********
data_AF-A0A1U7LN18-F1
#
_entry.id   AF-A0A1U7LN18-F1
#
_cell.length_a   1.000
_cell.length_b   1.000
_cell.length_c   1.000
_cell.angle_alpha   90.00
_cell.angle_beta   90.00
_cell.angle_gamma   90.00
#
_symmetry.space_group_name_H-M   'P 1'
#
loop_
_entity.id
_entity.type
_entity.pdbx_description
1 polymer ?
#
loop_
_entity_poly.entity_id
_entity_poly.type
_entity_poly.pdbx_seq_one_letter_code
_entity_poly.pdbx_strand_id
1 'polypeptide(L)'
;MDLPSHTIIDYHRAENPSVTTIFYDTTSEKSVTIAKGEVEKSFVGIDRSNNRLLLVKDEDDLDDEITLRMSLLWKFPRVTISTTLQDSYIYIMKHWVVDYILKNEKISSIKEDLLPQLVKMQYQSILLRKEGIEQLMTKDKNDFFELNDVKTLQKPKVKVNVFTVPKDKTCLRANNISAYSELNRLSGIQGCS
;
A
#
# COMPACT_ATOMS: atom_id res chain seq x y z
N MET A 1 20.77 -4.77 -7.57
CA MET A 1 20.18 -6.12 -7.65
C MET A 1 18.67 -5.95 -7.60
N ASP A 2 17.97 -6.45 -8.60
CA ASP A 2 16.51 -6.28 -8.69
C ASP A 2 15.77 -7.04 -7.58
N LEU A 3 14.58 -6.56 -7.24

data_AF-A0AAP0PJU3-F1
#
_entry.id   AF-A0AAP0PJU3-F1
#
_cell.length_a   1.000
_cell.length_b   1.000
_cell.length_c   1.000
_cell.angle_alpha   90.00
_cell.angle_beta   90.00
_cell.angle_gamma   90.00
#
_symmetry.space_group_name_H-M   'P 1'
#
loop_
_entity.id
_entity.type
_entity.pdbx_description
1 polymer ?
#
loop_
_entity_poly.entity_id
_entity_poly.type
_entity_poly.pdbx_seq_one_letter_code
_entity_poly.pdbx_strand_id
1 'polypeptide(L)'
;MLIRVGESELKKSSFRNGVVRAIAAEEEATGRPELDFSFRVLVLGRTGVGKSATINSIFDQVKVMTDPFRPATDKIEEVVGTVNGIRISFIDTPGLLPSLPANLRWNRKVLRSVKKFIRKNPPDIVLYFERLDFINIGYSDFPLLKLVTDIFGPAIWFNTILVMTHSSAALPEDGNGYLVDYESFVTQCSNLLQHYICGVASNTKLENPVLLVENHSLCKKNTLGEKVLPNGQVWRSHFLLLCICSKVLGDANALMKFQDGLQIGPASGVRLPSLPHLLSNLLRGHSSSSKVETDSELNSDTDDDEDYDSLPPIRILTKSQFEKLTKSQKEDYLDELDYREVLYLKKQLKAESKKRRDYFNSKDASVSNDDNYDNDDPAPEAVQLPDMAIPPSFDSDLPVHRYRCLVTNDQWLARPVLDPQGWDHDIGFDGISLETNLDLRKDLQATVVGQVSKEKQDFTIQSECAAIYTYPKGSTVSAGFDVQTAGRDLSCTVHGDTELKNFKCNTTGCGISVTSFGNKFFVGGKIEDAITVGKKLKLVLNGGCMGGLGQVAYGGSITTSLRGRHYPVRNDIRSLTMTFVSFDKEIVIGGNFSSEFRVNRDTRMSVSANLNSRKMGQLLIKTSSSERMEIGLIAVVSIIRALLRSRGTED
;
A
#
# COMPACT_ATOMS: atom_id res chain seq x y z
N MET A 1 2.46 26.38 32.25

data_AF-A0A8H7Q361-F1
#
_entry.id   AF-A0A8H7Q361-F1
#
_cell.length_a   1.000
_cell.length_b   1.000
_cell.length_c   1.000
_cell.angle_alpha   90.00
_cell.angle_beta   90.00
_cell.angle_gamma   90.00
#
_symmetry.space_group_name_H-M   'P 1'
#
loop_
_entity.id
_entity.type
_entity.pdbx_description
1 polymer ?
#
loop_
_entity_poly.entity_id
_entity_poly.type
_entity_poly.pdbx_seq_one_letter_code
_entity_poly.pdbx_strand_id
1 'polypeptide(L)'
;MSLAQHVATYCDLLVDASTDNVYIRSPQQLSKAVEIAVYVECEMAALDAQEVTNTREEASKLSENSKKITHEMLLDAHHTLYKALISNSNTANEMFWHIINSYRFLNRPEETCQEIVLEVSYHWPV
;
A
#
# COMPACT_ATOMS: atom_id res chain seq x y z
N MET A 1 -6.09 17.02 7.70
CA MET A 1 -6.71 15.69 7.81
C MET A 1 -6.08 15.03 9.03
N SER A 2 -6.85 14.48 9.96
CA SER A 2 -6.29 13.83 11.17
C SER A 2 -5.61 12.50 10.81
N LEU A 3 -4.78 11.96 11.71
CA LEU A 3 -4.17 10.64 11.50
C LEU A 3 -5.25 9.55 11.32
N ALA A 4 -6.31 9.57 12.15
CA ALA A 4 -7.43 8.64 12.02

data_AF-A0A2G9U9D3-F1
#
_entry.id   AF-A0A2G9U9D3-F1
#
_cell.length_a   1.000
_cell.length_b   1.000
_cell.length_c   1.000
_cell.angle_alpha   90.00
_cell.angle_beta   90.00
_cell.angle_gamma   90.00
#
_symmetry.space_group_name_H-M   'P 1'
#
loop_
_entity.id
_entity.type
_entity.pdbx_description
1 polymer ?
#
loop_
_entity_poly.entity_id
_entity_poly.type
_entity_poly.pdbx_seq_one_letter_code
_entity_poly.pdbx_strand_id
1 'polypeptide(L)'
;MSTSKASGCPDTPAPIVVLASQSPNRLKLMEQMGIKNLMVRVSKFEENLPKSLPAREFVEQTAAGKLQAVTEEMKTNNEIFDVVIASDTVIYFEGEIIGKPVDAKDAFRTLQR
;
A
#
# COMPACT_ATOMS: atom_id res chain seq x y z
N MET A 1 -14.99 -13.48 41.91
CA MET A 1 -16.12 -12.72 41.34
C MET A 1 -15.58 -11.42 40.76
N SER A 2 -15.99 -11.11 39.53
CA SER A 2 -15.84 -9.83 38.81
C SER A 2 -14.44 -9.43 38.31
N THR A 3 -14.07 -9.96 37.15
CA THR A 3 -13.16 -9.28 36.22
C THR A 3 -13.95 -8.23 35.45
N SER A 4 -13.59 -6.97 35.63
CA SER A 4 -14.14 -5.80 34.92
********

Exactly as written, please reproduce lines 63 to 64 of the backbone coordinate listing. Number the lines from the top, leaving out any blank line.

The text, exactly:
;MLIRVGESELKKSSFRNGVVRAIAAEEEATGRPELDFSFRVLVLGRTGVGKSATINSIFDQVKVMTDPFRPATDKIEEVVGTVNGIRISFIDTPGLLPSLPANLRWNRKVLRSVKKFIRKNPPDIVLYFERLDFINIGYSDFPLLKLVTDIFGPAIWFNTILVMTHSSAALPEDGNGYLVDYESFVTQCSNLLQHYICGVASNTKLENPVLLVENHSLCKKNTLGEKVLPNGQVWRSHFLLLCICSKVLGDANALMKFQDGLQIGPASGVRLPSLPHLLSNLLRGHSSSSKVETDSELNSDTDDDEDYDSLPPIRILTKSQFEKLTKSQKEDYLDELDYREVLYLKKQLKAESKKRRDYFNSKDASVSNDDNYDNDDPAPEAVQLPDMAIPPSFDSDLPVHRYRCLVTNDQWLARPVLDPQGWDHDIGFDGISLETNLDLRKDLQATVVGQVSKEKQDFTIQSECAAIYTYPKGSTVSAGFDVQTAGRDLSCTVHGDTELKNFKCNTTGCGISVTSFGNKFFVGGKIEDAITVGKKLKLVLNGGCMGGLGQVAYGGSITTSLRGRHYPVRNDIRSLTMTFVSFDKEIVIGGNFSSEFRVNRDTRMSVSANLNSRKMGQLLIKTSSSERMEIGLIAVVSIIRALLRSRGTED
;